Yesterday evening, all 504 members of the class of 2020 gathered in Pickard Theater for the second part of a program entitled “More Than Meets the Eye.” An addition to Orientation, the program was created to address issues of race and diversity on campus.

Reverend Dr. Jamie Washington, president and founder of multicultural organizational development firm Washington Consulting Group, addressed first years and asked them to continue to maintain an openness toward new perspectives even as they form their own social groups. Part of the program gave students time to converse with other first years they hadn’t met before. Washington also asked students to stand up and participate in self-identification based on race, class and other consequential identifiers. 

Associate Dean of Students for Diversity and Inclusion Leana Amaez planned “More Than Meets the Eye.” She said the decision to address race and diversity during Orientation was something the administration had considered for a while, rather than a direct reaction to the “gangster” and “tequila” parties at Bowdoin last year.

“It would be disingenuous to say that last year didn’t have an impact on us,” Amaez  said. “But I also think it would be unfair to the classes that came before to locate it all in last year’s events. It’s been a much longer process.”

“More Than Meets the Eye” aimed to model how students can address issues of diversity and inclusion.

“There are some challenges that will come with engaging with difference,” she said. “But [the program explains] here’s what’s at stake, and here’s how we can do it better.”

Justin Weathers ’18 was one of the students who collaborated with Dean Amaez to create the program and served as a panelist during the first part of the program during Orientation in August. He said he and other students had talked with Dean of Student Affairs Tim Foster and President Clayton Rose last year and requested more focus on issues of race and diversity during orientation to help prepare minority students.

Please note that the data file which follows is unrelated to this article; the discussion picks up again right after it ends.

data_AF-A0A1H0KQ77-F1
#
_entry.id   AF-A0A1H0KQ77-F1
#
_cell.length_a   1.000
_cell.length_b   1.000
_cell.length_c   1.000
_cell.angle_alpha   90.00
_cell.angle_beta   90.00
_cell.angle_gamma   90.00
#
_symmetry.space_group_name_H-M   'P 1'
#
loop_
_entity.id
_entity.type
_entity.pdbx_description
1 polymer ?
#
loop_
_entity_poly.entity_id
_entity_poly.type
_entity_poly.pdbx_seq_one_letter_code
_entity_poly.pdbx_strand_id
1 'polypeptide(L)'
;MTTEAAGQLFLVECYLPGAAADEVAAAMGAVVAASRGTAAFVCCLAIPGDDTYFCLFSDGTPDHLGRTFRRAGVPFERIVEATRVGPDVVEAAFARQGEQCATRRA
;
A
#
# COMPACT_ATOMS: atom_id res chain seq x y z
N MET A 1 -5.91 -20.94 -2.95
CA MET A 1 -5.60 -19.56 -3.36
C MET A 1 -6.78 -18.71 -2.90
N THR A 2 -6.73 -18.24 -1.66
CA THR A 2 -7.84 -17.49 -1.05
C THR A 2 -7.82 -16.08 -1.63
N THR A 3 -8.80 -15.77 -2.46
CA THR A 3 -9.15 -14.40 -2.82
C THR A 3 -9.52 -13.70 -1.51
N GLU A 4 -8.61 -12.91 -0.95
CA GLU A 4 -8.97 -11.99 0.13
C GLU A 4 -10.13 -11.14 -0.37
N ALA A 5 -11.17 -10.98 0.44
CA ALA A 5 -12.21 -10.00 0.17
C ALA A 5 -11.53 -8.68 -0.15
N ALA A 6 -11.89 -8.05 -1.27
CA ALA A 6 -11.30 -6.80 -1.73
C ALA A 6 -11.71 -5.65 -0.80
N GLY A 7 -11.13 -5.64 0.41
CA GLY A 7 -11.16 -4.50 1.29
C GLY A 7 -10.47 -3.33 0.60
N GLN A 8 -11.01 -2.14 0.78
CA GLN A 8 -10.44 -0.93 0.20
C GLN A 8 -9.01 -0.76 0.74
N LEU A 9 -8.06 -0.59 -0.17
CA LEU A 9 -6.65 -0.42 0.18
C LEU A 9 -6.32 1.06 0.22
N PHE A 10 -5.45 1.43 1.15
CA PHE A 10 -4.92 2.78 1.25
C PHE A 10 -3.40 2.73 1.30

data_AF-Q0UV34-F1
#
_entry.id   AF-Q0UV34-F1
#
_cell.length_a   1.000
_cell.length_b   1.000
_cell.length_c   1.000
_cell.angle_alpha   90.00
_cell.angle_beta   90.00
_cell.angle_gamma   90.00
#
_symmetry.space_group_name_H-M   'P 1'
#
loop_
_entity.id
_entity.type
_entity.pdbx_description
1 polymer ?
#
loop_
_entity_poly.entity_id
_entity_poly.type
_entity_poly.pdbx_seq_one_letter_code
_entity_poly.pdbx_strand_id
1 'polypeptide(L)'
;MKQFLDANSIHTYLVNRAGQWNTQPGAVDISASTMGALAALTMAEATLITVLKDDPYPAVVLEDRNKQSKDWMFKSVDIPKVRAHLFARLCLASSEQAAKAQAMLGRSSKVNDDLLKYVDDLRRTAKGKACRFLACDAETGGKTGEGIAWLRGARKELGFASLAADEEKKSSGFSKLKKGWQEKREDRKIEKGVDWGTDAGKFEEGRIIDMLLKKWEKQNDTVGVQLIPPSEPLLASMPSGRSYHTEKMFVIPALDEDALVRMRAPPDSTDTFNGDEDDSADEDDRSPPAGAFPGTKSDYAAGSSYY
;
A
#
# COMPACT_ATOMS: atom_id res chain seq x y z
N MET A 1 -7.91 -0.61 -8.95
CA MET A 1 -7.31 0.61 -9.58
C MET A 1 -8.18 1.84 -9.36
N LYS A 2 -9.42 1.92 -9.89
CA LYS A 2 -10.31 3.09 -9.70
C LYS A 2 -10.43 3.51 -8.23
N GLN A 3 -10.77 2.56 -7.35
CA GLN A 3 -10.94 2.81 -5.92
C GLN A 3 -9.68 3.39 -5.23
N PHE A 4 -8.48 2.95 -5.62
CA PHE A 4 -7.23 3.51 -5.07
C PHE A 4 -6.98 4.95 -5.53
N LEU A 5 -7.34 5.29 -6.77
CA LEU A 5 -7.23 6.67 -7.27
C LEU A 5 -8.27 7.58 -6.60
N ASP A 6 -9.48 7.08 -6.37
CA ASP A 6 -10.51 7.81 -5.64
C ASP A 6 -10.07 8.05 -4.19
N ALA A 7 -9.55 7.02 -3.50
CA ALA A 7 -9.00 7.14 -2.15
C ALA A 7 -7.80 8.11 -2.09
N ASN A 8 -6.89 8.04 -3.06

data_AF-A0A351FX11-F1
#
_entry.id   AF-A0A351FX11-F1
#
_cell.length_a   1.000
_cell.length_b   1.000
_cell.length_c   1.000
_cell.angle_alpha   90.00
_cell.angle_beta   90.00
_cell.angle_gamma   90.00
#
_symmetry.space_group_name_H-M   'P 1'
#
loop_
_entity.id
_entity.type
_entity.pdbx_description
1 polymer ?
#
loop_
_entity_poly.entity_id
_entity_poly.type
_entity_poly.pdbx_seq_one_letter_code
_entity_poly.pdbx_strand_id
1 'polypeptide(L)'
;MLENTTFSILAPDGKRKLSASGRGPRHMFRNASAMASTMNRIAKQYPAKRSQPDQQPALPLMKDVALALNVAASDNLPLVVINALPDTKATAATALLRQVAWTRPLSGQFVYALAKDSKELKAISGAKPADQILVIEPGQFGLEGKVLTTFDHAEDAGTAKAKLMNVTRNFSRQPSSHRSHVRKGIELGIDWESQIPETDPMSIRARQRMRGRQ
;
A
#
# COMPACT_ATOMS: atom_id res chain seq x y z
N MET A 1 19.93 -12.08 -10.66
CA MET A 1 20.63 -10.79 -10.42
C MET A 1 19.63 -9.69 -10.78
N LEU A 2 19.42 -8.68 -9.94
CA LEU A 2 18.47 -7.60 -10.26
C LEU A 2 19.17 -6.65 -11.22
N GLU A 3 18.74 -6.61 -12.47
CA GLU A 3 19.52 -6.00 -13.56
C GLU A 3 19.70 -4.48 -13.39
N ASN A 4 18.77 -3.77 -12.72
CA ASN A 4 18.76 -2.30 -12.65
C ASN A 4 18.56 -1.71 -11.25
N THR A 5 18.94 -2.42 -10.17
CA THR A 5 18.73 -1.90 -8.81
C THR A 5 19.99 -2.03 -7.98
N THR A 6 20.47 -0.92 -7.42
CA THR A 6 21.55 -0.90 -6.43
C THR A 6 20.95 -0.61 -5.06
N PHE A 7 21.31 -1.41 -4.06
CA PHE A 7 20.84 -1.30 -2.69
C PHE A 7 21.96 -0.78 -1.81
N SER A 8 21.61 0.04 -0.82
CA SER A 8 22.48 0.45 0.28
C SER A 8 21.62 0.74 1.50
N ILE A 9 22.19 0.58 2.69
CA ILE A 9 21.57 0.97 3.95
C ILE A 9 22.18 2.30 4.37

“I think there’s a concern that a lot of minority students are brought here and they get this romanticized view of Bowdoin,” he said. “But when stuff hits the fan, it’s like, ‘this is not what I thought it was.’”

During the first segment of “More than Meets the Eye,” nine Bowdoin students told stories of their experiences with race on campus. Afterwards, first years divided into groups where they shared their personal perceptions and expectations about race on campus as well as their reaction to the panelists.

James Wang ’20 said, after nearly a month at Bowdoin, he thought “More Than Meets the Eye” gave him an accurate perception of the College’s diversity. 

“I think that the panel did a pretty spotless job of reflecting the experiences that I’ve had so far on campus with diversity,” he said. 

Fiona Carey ’20 felt the program successfully ignited conversations about race among first-year students. 

“I think what was really great is that it really broke the ice,” she said. “A week later my roommate and my R.A. and I had a really meaningful conversation about race on campus during lunch, and that’s what I’ve looked forward to doing at Bowdoin.”

Still, several first years expressed confusion about the relation of “More Than Meets the Eye” to past events at Bowdoin and wished that the events like the “tequila” and “gangster” parties had been addressed more directly. 

“I think that there are a lot of students like me who have heard little tidbits about what happened last year but still don’t know a lot of background,” Carey said. “It’s obvious that programs like this are important, but I think that having that background, especially a story that was so specific to Bowdoin, might show why it’s important to have these conversations.”

Amaez and Weathers both stated that the program wasn’t intended to explain events from last year, but to help first-year students start a dialogue about diversity and inclusion.

Weathers added that he thought including specifics about some of the events last year would have been fruitless. 

“I’m a proctor and first years ask me about it, and there’s no way for me to explain it really,” he said. “I can’t cite all the Yik Yaks that were dropped, I can’t communicate how frustrating that was or how divisive the issues were or how torn the campus was when you’re seeing something really ignorant with 115 upvotes, because until first years experience it for themselves, there’s no way [they] can fully understand it.” 

Weathers was glad first years had the chance to learn about these issues through Orientation, but he emphasized that the conversation must continue outside of structured meeting times. 

“I’m really excited to see [it] because it’s cool to hear a story here and there, but I think that stories are more powerful when you see that they’re not just individual stories,” he said.